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New Innovative Method Tests Effectiveness of COVID-19 Drugs for Treatment of SARS-CoV-2 Infection

By HospiMedica International staff writers
Posted on 19 Aug 2021
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Scientists have proposed an innovative method for testing the effectiveness of COVID-19 medicines for the treatment of SARS-CoV-2 infection.

According to the researchers at South Ural State University (SUSU; Chelyabinsk, Russia) who proposed the method, it is necessary to focus on the maximum coincidence of the ligand and the receptor. Despite the successful treatment regimens developed for coronavirus infection, the search for a cure for the disease continues. Currently, no drug can block the spread of the virus in the body, and scientists from across the world are working on solving this problem. Researchers at South Ural State University have also been looking for effective substances against coronavirus that may be contained in drugs presently being used in the treatment of other diseases.

In their most recent study, SUSU’s international team of scientists from India, South Africa and Brazil examined the complementarity of RNA polymerase in SARS-CoV-2 complexes with ligands. RNA polymerase is an enzyme that reproduces the genetic material of a virus. This is how the virus spreads throughout the body. It is assumed that drugs for coronavirus block RNA polymerase. Scientists have found that ligands (chemical compounds that possess pharmacological effects) must match the enzyme as much as possible in order for their action to be effective.

Scientists used the Protein Data Bank, a database of three-dimensional structures of proteins and polymeric acids, to obtain the structure of RNA polymerase. The researchers then calculated the electron density of the enzymes and the ligand favipiravir-RTP. This is the active form of the drug Fivapiravir used to combat viral infections. The following step was to analyze the intersection of the electron clouds of the ligand and the receptor. The programs implemented for computer analysis were created at SUSU.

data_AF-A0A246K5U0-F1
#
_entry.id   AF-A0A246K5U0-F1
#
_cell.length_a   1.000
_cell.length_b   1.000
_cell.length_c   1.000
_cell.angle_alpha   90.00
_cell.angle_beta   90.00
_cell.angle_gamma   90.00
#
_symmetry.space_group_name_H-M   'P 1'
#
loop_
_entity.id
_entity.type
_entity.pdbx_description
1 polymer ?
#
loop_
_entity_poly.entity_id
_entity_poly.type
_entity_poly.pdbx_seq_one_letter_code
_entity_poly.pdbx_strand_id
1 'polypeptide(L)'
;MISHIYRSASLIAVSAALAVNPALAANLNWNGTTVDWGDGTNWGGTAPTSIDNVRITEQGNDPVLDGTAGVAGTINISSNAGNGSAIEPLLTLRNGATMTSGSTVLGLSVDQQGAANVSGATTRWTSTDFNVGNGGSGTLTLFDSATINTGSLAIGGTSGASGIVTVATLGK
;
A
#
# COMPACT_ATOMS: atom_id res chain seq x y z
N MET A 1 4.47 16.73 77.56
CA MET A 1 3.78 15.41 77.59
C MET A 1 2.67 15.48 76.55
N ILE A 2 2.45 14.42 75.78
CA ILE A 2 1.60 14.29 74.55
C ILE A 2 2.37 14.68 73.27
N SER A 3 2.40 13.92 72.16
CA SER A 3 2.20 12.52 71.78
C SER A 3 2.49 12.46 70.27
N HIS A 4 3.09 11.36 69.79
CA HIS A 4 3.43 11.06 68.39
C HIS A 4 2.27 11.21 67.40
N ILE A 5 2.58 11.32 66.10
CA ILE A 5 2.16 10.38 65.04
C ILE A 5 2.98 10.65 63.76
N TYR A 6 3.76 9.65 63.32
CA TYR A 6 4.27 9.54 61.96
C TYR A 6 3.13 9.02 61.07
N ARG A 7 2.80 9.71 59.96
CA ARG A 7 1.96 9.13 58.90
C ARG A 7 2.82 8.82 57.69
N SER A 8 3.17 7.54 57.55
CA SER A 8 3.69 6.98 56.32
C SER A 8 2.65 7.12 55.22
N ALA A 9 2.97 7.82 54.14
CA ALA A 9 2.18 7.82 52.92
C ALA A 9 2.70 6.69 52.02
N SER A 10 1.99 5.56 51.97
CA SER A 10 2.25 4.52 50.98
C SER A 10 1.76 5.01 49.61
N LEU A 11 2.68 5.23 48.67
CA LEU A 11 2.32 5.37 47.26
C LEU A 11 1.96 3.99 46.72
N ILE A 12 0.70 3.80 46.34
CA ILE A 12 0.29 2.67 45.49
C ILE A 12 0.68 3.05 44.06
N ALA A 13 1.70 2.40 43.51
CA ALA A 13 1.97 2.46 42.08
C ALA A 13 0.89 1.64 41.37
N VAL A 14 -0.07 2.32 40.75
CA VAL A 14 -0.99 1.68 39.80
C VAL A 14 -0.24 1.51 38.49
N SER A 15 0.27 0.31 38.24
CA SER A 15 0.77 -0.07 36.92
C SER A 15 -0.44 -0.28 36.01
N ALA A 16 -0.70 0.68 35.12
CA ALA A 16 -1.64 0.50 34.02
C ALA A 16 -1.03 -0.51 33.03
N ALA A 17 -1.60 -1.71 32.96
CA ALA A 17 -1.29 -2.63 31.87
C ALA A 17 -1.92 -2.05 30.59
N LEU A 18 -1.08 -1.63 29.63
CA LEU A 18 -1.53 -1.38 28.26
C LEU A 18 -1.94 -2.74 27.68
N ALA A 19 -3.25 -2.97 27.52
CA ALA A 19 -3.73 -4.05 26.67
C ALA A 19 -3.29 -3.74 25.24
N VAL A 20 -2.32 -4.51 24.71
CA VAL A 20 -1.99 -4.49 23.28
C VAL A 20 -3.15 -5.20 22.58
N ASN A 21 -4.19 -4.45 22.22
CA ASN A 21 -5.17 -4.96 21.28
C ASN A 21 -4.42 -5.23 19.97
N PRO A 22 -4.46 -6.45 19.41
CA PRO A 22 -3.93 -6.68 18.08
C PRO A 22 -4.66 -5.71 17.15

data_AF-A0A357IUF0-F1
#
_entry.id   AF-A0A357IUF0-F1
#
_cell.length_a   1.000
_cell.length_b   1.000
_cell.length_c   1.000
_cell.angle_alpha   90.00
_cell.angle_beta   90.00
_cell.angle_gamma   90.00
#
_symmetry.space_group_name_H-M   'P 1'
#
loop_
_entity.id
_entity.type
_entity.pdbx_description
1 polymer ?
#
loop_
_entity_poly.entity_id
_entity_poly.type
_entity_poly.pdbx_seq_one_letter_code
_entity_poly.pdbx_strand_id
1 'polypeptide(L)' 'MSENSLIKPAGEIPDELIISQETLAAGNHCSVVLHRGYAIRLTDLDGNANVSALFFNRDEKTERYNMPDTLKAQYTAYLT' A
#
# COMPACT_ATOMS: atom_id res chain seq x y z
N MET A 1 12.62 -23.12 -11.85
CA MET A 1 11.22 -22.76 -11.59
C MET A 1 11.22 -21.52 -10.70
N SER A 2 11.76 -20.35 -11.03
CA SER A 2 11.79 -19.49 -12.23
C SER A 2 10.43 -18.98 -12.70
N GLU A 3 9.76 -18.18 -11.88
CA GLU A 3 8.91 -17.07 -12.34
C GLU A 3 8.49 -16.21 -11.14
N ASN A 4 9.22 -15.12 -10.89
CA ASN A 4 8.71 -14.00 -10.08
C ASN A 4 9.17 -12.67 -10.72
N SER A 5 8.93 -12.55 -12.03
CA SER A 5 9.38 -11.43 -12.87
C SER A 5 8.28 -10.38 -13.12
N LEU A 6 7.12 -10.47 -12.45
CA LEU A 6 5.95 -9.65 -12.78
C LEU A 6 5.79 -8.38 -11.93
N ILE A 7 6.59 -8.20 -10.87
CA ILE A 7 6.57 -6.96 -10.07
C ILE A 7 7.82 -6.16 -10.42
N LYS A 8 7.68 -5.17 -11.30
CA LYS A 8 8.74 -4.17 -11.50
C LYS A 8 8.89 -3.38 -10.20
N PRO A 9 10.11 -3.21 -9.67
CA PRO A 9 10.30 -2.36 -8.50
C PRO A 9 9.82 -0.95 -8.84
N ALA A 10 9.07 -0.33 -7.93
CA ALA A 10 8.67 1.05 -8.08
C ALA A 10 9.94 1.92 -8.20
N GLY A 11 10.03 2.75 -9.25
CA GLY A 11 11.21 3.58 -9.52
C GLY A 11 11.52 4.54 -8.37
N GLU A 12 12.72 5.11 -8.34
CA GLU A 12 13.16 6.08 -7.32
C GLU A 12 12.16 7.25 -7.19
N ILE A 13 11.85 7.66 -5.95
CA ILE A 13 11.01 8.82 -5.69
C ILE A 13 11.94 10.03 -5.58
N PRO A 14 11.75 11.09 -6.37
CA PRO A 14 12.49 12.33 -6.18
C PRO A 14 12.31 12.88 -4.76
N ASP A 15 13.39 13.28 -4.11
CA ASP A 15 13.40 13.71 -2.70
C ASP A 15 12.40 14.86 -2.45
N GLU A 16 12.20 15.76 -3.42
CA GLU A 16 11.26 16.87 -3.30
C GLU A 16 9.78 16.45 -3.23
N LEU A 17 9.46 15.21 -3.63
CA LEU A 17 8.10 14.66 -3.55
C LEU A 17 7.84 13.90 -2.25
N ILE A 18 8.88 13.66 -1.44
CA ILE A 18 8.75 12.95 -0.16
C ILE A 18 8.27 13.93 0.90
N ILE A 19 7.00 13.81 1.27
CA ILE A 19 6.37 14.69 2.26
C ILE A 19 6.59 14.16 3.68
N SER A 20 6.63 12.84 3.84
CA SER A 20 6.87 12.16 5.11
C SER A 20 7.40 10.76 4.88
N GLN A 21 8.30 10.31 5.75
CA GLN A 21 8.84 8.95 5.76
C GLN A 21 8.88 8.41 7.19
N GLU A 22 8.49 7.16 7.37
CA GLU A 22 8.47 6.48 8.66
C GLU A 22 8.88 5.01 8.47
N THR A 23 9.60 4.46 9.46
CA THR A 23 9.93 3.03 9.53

Rendering to the results of the study, the maximum complementarity was recorded when the ligand coincided with the RNA. The findings can be used to predict biological activity and examine the mechanism of drug action. Also, the scientists have presented an equation that can be used to test the effectiveness of the effects of other ligands on receptors. However, the team's work to discover effective remedies for coronavirus is not yet finished. In India, effective substances are being synthesized, in vitro tests will be carried out there, and their Brazilian colleagues will perform them in vivo. The mutability of the virus will be assessed by South African scientists. Once the potency of a potential drug has been proven, production can begin.

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